In 1864, the Klundts in Neu Danzig became Baptists, which was a growing but illegal faith in Russia. In 1866, Jakob and his young family fled to Katalui, in the Danube delta, which was then a German colony under Osman rule, now known as Cataloi, Romania. This wider area on the West Coast of the Black Sea is called Dobruja, and the German settlers were known as the Dobrujan Germans. Georg Michael followed them and died there after 1866. The above-mentioned Beatha Klundt and her husband Johann Wilhelm Graf also moved there. Their first three children were born in Neu-Danzig in 1862-1865, but the fourth was born in Cataloi in 1867.

Jakob started a Baptist community in Katalui, which appears to have been so successful that he was hired by the British and Foreign Bible Society as a Bible colporteur for Bulgaria and part of Macedonia and Albania in 1872. For eight years he worked and traveled from Albania, but dangers and difficulties he faced there led him to move his base to Bulgaria.

From 1880 and for the rest of his life his base was in Lompalanka, now Lom, Bulgaria, and any history of Baptism in Bulgaria includes his biography (see eg here) and sometimes even a portrait (see below). His name in Bulgarian looks like this: яковъ клундтъ (in case anybody wants to dive into Bulgarian sources). Accounts mention his wife Regina as an active participant in the Baptist community, but don’t mention his descendants by name. He did have a son in law who later took over his role as pastor in Lom, so at least one daughter survived. We believe that no sons survived to adult age.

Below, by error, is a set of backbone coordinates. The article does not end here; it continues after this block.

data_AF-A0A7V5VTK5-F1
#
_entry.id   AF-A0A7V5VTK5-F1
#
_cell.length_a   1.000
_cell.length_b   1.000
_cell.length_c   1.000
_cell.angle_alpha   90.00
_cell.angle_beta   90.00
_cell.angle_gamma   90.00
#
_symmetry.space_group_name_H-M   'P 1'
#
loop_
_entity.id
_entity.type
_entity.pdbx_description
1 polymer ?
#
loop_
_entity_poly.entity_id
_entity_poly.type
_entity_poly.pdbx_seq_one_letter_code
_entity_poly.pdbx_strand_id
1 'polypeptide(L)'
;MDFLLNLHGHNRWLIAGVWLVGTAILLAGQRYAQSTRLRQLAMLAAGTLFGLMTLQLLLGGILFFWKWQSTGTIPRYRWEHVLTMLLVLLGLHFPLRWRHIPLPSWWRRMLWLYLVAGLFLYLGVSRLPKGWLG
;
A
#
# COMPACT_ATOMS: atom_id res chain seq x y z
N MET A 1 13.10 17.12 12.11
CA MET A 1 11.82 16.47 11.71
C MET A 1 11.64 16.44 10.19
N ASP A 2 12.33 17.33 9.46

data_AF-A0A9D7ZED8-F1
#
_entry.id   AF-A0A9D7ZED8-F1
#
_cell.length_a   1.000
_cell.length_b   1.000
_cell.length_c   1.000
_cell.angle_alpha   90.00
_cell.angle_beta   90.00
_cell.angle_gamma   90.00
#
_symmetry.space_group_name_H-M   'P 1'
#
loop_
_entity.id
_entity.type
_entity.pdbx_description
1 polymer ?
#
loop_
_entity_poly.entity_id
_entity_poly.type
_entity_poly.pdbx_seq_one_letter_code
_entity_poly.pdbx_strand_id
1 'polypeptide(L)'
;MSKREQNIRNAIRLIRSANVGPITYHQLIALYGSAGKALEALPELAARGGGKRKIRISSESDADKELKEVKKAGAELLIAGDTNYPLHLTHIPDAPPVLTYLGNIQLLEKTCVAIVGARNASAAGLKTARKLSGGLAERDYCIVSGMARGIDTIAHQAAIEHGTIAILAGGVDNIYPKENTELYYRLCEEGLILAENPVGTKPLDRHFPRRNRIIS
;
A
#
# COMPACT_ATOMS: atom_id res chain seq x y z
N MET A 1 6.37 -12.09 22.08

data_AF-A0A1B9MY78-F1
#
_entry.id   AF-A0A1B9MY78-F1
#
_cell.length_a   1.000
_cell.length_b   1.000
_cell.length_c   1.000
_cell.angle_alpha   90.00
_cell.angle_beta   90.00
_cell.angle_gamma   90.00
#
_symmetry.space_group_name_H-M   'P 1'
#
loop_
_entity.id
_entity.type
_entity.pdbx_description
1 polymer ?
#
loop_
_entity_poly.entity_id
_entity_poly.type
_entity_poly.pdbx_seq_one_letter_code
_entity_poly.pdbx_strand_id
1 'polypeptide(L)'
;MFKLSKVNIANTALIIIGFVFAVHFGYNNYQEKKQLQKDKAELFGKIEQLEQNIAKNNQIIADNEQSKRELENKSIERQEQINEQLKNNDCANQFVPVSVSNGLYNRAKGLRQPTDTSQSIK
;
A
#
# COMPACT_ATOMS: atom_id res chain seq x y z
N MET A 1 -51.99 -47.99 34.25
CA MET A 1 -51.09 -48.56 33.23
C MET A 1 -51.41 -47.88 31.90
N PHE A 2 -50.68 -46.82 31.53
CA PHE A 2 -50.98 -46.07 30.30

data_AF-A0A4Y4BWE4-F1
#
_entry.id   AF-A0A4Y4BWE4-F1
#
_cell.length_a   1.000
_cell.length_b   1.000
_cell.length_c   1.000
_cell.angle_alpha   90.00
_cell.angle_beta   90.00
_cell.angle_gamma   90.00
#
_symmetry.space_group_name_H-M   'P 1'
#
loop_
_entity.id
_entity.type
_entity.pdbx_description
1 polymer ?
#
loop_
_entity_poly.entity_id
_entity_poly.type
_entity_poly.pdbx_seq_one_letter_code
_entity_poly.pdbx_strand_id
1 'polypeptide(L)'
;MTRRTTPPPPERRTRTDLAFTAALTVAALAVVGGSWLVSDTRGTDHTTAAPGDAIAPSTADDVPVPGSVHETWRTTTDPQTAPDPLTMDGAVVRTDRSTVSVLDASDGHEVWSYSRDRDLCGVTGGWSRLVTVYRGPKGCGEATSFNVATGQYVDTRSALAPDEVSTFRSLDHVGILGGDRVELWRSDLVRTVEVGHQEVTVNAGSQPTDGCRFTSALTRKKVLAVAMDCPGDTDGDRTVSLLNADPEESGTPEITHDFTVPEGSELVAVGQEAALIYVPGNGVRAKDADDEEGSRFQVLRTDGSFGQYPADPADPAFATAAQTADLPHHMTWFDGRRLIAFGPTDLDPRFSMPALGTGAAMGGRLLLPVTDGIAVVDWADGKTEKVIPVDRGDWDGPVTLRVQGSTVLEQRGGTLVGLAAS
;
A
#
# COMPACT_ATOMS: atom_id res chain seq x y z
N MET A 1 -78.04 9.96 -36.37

Jakob died on March 28, 1921, in Kazanlak, Bulgaria, where he was staying with his son in law (the obituary does not mention his daughter at this point, not sure if she was still alive).

Of Jakob’s sisters, we know nothing about Margaretha beyond her date of birth, but his younger sister Barbara married Philipp Krause and had five children. Only Barbara Krause (* 1864 in the Black Sea colony of Worms) survived to adulthood, she married Johann Brandner, emigrated to South Dakota (as many other descendants in her generation did too) and had 14 children.

Portrait of Jakob Klundt which appeared with his obituary in The EVANGELIST, Organ of the Evangelical Baptist Union of Bulgaria, editor: Rev. V. Tachtadjieff, Tchirpan.

Special thanks to Mihai, whose comment under the original Klundt Clan post already contained a lot of information about Jakob Klundt and set further investigations and contacts rolling.

Monday, June 07, 2021

giraffe genomes